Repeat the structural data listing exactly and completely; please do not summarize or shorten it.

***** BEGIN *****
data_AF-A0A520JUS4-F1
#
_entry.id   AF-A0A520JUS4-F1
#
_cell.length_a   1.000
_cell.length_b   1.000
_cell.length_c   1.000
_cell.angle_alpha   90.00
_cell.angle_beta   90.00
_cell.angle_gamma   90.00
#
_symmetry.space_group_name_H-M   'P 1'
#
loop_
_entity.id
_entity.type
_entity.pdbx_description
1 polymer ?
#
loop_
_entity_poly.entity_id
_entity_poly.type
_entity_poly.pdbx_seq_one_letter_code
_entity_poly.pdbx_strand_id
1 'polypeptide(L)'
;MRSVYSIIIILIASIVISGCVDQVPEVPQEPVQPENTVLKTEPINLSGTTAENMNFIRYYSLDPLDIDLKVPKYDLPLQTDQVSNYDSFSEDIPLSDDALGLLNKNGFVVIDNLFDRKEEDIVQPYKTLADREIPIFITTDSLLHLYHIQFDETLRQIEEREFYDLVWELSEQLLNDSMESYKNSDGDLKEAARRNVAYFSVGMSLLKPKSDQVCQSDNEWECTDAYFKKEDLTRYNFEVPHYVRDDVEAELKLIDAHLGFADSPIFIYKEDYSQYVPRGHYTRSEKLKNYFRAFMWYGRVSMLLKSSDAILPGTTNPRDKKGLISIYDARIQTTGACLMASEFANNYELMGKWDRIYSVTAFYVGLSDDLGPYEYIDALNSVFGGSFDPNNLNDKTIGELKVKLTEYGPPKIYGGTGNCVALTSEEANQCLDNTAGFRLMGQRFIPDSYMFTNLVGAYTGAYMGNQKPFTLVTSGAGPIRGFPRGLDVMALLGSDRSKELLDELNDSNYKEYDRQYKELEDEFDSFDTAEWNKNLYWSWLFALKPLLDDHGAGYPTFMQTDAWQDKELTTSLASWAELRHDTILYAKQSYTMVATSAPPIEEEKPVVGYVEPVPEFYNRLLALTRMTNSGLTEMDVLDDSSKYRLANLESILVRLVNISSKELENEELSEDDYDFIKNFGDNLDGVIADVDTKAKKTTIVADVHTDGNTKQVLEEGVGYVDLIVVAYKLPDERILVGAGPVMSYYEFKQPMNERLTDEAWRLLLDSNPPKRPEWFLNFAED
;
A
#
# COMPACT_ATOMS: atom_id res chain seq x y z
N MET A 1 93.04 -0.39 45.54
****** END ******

data_AF-A0A520JUS4-F1
#
_entry.id   AF-A0A520JUS4-F1
#
_cell.length_a   1.000
_cell.length_b   1.000
_cell.length_c   1.000
_cell.angle_alpha   90.00
_cell.angle_beta   90.00
_cell.angle_gamma   90.00
#
_symmetry.space_group_name_H-M   'P 1'
#
loop_
_entity.id
_entity.type
_entity.pdbx_description
1 polymer ?
#
loop_
_entity_poly.entity_id
_entity_poly.type
_entity_poly.pdbx_seq_one_letter_code
_entity_poly.pdbx_strand_id
1 'polypeptide(L)'
;MRSVYSIIIILIASIVISGCVDQVPEVPQEPVQPENTVLKTEPINLSGTTAENMNFIRYYSLDPLDIDLKVPKYDLPLQTDQVSNYDSFSEDIPLSDDALGLLNKNGFVVIDNLFDRKEEDIVQPYKTLADREIPIFITTDSLLHLYHIQFDETLRQIEEREFYDLVWELSEQLLNDSMESYKNSDGDLKEAARRNVAYFSVGMSLLKPKSDQVCQSDNEWECTDAYFKKEDLTRYNFEVPHYVRDDVEAELKLIDAHLGFADSPIFIYKEDYSQYVPRGHYTRSEKLKNYFRAFMWYGRVSMLLKSSDAILPGTTNPRDKKGLISIYDARIQTTGACLMASEFANNYELMGKWDRIYSVTAFYVGLSDDLGPYEYIDALNSVFGGSFDPNNLNDKTIGELKVKLTEYGPPKIYGGTGNCVALTSEEANQCLDNTAGFRLMGQRFIPDSYMFTNLVGAYTGAYMGNQKPFTLVTSGAGPIRGFPRGLDVMALLGSDRSKELLDELNDSNYKEYDRQYKELEDEFDSFDTAEWNKNLYWSWLFALKPLLDDHGAGYPTFMQTDAWQDKELTTSLASWAELRHDTILYAKQSYTMVATSAPPIEEEKPVVGYVEPVPEFYNRLLALTRMTNSGLTEMDVLDDSSKYRLANLESILVRLVNISSKELENEELSEDDYDFIKNFGDNLDGVIADVDTKAKKTTIVADVHTDGNTKQVLEEGVGYVDLIVVAYKLPDERILVGAGPVMSYYEFKQPMNERLTDEAWRLLLDSNPPKRPEWFLNFAED
;
A
#
# COMPACT_ATOMS: atom_id res chain seq x y z
N MET A 1 93.04 -0.39 45.54